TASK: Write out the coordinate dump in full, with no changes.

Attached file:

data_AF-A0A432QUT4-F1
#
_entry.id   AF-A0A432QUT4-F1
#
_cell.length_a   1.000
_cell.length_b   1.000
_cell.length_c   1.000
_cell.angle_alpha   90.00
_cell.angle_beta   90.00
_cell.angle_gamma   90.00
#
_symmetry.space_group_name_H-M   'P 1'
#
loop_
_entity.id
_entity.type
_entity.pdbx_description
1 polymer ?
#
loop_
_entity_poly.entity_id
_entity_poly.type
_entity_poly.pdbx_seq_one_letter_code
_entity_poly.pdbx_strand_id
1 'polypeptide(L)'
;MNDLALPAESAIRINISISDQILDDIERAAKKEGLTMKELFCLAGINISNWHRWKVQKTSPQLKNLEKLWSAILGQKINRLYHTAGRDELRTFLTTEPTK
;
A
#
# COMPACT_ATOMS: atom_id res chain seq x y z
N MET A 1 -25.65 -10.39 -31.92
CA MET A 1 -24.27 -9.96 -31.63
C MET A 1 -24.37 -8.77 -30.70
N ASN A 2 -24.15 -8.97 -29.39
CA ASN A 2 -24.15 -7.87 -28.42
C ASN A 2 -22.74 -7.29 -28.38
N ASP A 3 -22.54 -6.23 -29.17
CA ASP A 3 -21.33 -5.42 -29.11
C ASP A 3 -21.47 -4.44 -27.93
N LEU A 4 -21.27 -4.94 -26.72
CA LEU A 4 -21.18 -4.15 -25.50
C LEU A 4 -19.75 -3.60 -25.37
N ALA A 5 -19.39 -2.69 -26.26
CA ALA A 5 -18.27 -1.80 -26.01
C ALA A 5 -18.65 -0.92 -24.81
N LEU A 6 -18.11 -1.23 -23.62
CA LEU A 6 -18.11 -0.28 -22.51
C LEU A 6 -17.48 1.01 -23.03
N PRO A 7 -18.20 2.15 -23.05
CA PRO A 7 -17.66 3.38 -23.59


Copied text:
data_AF-A0A432QUT4-F1
#
_entry.id   AF-A0A432QUT4-F1
#
_cell.length_a   1.000
_cell.length_b   1.000
_cell.length_c   1.000
_cell.angle_alpha   90.00
_cell.angle_beta   90.00
_cell.angle_gamma   90.00
#
_symmetry.space_group_name_H-M   'P 1'
#
loop_
_entity.id
_entity.type
_entity.pdbx_description
1 polymer ?
#
loop_
_entity_poly.entity_id
_entity_poly.type
_entity_poly.pdbx_seq_one_letter_code
_entity_poly.pdbx_strand_id
1 'polypeptide(L)'
;MNDLALPAESAIRINISISDQILDDIERAAKKEGLTMKELFCLAGINISNWHRWKVQKTSPQLKNLEKLWSAILGQKINRLYHTAGRDELRTFLTTEPTK
;
A
#
# COMPACT_ATOMS: atom_id res chain seq x y z
N MET A 1 -25.65 -10.39 -31.92
CA MET A 1 -24.27 -9.96 -31.63
C MET A 1 -24.37 -8.77 -30.70
N ASN A 2 -24.15 -8.97 -29.39
CA ASN A 2 -24.15 -7.87 -28.42
C ASN A 2 -22.74 -7.29 -28.38
N ASP A 3 -22.54 -6.23 -29.17
CA ASP A 3 -21.33 -5.42 -29.11
C ASP A 3 -21.47 -4.44 -27.93
N LEU A 4 -21.27 -4.94 -26.72
CA LEU A 4 -21.18 -4.15 -25.50
C LEU A 4 -19.75 -3.60 -25.37
N ALA A 5 -19.39 -2.69 -26.26
CA ALA A 5 -18.27 -1.80 -26.01
C ALA A 5 -18.65 -0.92 -24.81
N LEU A 6 -18.11 -1.23 -23.62
CA LEU A 6 -18.11 -0.28 -22.51
C LEU A 6 -17.48 1.01 -23.03
N PRO A 7 -18.20 2.15 -23.05
CA PRO A 7 -17.66 3.38 -23.59